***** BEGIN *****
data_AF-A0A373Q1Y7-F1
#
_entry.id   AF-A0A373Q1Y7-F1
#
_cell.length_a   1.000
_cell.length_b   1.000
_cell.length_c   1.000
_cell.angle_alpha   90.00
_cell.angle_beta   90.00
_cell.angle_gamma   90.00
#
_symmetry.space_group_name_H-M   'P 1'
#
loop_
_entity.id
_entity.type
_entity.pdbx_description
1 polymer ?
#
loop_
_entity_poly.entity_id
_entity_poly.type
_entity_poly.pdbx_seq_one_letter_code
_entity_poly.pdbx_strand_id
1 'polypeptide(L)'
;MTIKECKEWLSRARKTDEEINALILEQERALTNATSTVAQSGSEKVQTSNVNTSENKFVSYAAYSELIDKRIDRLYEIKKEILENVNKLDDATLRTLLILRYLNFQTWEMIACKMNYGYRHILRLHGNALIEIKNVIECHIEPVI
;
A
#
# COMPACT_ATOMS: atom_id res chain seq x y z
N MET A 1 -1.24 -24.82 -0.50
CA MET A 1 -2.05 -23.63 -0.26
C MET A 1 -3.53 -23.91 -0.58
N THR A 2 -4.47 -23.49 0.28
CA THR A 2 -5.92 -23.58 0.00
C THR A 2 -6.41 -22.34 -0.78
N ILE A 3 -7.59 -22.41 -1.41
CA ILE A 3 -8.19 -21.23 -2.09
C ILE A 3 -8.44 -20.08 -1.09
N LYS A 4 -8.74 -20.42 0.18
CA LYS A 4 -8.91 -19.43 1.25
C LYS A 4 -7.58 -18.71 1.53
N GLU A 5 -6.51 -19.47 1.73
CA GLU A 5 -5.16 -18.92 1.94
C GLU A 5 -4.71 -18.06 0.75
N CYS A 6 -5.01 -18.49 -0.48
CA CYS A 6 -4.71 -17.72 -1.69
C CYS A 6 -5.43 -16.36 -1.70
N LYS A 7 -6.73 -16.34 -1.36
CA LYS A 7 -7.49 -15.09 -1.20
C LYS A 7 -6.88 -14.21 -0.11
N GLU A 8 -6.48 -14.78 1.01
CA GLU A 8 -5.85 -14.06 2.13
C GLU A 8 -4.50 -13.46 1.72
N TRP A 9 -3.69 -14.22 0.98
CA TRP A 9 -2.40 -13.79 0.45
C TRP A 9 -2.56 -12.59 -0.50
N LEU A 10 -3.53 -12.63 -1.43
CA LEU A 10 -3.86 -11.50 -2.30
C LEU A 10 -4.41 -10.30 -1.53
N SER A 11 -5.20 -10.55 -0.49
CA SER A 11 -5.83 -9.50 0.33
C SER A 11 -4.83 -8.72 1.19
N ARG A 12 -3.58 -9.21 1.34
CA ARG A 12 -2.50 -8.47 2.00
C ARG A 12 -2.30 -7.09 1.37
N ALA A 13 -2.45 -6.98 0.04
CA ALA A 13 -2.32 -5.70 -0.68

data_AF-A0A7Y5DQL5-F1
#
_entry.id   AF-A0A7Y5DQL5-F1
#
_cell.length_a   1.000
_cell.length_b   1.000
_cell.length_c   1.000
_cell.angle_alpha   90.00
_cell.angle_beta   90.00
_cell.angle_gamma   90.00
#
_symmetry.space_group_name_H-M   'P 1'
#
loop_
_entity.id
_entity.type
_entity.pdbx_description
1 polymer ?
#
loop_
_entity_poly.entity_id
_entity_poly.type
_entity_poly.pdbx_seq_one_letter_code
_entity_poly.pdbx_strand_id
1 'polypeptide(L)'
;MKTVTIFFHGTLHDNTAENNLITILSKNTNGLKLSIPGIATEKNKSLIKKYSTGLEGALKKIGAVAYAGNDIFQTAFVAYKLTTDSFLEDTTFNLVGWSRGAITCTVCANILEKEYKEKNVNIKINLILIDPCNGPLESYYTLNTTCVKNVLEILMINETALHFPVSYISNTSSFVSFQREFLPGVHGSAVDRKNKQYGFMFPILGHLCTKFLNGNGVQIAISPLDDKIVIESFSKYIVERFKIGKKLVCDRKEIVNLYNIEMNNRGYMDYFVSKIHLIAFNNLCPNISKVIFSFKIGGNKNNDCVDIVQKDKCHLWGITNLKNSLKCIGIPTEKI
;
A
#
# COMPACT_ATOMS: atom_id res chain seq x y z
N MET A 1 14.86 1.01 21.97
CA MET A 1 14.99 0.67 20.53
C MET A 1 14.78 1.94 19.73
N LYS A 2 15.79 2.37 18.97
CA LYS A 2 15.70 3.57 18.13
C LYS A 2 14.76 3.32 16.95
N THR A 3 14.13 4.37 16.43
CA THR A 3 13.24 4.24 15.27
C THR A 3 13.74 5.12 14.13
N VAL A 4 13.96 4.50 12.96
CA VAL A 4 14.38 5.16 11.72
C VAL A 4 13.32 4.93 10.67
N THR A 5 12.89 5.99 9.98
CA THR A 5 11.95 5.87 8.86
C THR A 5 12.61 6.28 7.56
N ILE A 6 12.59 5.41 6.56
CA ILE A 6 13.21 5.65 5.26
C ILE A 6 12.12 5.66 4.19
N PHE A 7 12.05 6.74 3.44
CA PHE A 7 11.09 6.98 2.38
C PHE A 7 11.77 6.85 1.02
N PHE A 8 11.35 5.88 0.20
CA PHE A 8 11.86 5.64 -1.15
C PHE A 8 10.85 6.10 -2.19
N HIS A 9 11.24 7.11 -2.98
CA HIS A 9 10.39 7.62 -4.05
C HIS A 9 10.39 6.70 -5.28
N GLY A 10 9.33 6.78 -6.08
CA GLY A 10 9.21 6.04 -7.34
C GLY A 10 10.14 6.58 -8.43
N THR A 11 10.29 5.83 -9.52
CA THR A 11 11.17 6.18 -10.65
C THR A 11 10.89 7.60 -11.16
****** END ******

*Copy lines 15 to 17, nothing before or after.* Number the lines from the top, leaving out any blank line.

_entity.id
_entity.type
_entity.pdbx_description